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 Ann Coulter Reply


 January, 2008


 Ann Coulter - When the End is Really The Beginning

When the End is Really the Beginning

By Al Owens

It was five days that changed the world – twice.

Last Thursday, Barack Obama steamrolled his way into the history books.

This Tuesday, that steamroller lost much of its steam.

It had been the five most peculiar days in modern political history.

That’s thanks to a 24 hour news cycle that had been so famished for a fresh face to apply its incessant hyperbole, that it had declared Obama was the reincarnation of JFK and Martin Luther King, Jr. rolled into one, and that Hillary Clinton was America’s leading candidate for the unemployment line.

None of that came true, of course. But nevertheless, by Wednesday morning, all I could find were smug political pundits rushing to the nearest roundtable discussion to try to act like their faces hadn’t really been covered with Grade AAA eggs.

New Hampshire’s voters didn’t buy the hype. They’d put a win in the Clinton column, and they should have put an end to the self-righteous and meaningless polls-by-the-pound and predictions by-the-minute.

Regrettably, the news must go on. And the pundits must go on, and on, and on and on. Yet, the news media only shares part of the blame for the premature coronation of Obama.

The other presidential candidates (both Democrats and Republicans) bought into the hoopla. So they took turns trying to latch on to that snowball that rolled out of Iowa, rolled into New Hampshire and melted right before our very eyes.

Obama had won the Iowa caucus after making liberal use of the word change.

Suddenly, just about every other candidate started using the “c” word as if they, too, were the (I’ve grown to truly dislike this phrase) “agents of change.”
Keep in mind these are people who are trying to convince America they are leaders - not followers.

During last Saturday’s Democratic debate, those leadership qualities weren’t exactly on full display. The word change was uttered by just about all of the candidates a total of 75 times.

“I want to make change, but I've already made change. I will continue to make change. I'm not just running on a promise of change, I'm running on 35 years of change,” remarked Clinton, as if she’d actually invented the word change.

It was the same with the Republican presidential candidates, who showed they know a good battle cry when they hear one. They injected that word into just about answer during their two weekend debates.

Mitt Romney, who always seems eager to try any ploy to get him some votes, would have tried to use the word change, no matter what he was asked. “Governor Romney, what are your feelings about the status quo?” He’d reply, “I’ve changed the status quo in the past, and I’ll change the status quo time and time again. I’ve always relied on the philosophy that the status quo can’t really be the status quo, unless I’ve changed it.”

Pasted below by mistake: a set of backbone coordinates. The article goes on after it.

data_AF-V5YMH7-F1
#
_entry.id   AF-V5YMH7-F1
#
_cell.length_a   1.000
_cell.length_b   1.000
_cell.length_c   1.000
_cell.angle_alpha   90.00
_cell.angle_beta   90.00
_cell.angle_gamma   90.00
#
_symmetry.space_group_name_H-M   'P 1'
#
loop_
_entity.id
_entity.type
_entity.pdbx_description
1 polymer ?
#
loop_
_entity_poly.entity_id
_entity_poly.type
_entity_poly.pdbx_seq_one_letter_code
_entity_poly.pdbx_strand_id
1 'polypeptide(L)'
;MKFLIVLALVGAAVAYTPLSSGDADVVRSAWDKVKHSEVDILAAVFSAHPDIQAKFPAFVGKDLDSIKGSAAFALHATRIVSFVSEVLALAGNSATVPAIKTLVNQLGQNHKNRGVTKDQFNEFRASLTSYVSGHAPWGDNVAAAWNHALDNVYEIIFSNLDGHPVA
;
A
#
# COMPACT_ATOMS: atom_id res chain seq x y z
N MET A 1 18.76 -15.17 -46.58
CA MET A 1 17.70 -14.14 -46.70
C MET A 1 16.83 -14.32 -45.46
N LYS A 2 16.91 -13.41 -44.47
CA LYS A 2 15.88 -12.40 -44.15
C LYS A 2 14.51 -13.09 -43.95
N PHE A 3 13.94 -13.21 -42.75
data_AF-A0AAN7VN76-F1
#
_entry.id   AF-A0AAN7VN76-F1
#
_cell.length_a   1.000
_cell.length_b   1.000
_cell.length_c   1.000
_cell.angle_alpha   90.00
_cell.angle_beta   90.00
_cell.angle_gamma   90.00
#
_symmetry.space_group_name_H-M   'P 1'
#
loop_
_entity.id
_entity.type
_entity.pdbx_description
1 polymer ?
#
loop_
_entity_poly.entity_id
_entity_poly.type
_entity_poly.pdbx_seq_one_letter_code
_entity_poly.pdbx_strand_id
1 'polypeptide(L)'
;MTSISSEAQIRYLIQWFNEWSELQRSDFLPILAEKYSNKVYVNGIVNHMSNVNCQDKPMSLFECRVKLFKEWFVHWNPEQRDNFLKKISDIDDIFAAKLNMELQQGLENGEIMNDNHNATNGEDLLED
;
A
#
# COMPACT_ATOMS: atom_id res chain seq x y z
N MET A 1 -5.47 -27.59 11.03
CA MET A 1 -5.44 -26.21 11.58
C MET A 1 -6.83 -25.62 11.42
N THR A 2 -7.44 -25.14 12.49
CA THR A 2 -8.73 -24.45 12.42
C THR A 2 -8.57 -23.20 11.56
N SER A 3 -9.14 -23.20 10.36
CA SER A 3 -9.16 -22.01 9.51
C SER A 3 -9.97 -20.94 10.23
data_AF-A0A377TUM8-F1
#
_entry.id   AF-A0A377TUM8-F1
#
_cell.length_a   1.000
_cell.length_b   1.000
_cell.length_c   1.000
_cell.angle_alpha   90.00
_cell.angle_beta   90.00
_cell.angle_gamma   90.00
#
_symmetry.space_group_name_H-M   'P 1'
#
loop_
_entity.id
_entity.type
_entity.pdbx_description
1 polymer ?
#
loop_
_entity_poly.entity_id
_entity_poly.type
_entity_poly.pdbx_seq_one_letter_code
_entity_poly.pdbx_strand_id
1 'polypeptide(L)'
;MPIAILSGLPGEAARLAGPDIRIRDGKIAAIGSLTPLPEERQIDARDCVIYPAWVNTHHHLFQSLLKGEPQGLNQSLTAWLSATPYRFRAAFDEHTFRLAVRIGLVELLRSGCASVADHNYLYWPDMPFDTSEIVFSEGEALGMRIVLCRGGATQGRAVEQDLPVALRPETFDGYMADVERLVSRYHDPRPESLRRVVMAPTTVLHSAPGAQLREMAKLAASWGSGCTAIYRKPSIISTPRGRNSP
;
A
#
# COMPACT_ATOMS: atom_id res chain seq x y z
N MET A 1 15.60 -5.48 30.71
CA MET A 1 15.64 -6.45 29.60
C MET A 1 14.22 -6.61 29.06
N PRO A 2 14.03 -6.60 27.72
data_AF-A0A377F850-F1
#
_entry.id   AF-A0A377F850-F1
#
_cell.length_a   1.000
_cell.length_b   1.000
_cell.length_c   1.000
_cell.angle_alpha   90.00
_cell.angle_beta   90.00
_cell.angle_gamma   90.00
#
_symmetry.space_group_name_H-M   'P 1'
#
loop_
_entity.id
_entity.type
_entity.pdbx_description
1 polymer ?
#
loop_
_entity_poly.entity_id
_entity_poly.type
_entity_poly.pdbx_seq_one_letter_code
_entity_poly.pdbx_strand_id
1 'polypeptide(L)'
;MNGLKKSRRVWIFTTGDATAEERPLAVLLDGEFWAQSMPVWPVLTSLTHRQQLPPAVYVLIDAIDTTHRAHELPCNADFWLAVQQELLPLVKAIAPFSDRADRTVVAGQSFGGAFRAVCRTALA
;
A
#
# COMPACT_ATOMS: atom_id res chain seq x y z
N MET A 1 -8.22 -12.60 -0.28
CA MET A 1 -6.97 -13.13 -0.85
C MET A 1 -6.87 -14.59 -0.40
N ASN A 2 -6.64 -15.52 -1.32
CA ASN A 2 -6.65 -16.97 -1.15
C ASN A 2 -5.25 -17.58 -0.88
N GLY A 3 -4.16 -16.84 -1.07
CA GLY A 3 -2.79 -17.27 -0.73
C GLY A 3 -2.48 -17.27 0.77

So the news media somehow figured that Barack Obama had altered the entire presidential campaign landscape by using one word.
After all, there have been millions of words spoken in more than two dozen debates, in hundreds of interviews, and in all kinds of television commercials in the interest of each of the presidential candidates. But the entire 2008 presidential campaign had been sent off into a new direction by the repeated use a single six letter word.

At the same time, there were post-debate gum beating sessions that proved to be funnier than they could ever be enlightening.

Fox News has Frank Luntz. He’s the guy who claims to have invented that terribly annoying device that indicates the approval or disapproval of individual candidates as they speak during debates or speeches. So, after most debates, Luntz appears with his gadget and he shows a particular candidate speaking with a graph going across the screen (and the candidate’s face) as he or she speaks. It’s like an instant poll that means absolutely nothing. Luntz appeared right after the Republican debate on Sunday night. He appeared without that silly contraption. He interviewed people who’d watched the debate at a New Hampshire eatery instead.

Just about everybody he interviewed said they believed Mitt Romney won the debate handily. Most of them claimed they would actually change their vote to support him.

On Tuesday night, Romney lost badly. That impromptu poll Luntz had taken on Sunday night was no more accurate than the bucket full of major polls that were taken that seemed to indicate Hillary Clinton would lose badly on Tuesday night.

All day long, before the primary returns came in, the pundits recited the poll numbers, and they gleefully talked about the end of the Clinton Dynasty.

Even her political operatives appeared to be shaken and glum.

I think there were people in Hollywood ready to produce a “Fall of a Would Be American Icon” movie that would be released by election day.

I sat, watched and secretly wished all of the pundits would be wrong.
Not out of any particular allegiance to the Clintons. I just thought it would hilarious watching all of the supposed political experts back pedal en masse.
The results came in. The pundits were wrong. By Wednesday morning, they were struggling to find answers for one of the biggest media blunders since they announced Dewey had won the presidency.

I now know the difference between fragile and flimsy.

Fragile was the lead Obama had coming out of Iowa. Flimsy is the information we’ve all been spoon fed since he got that lead.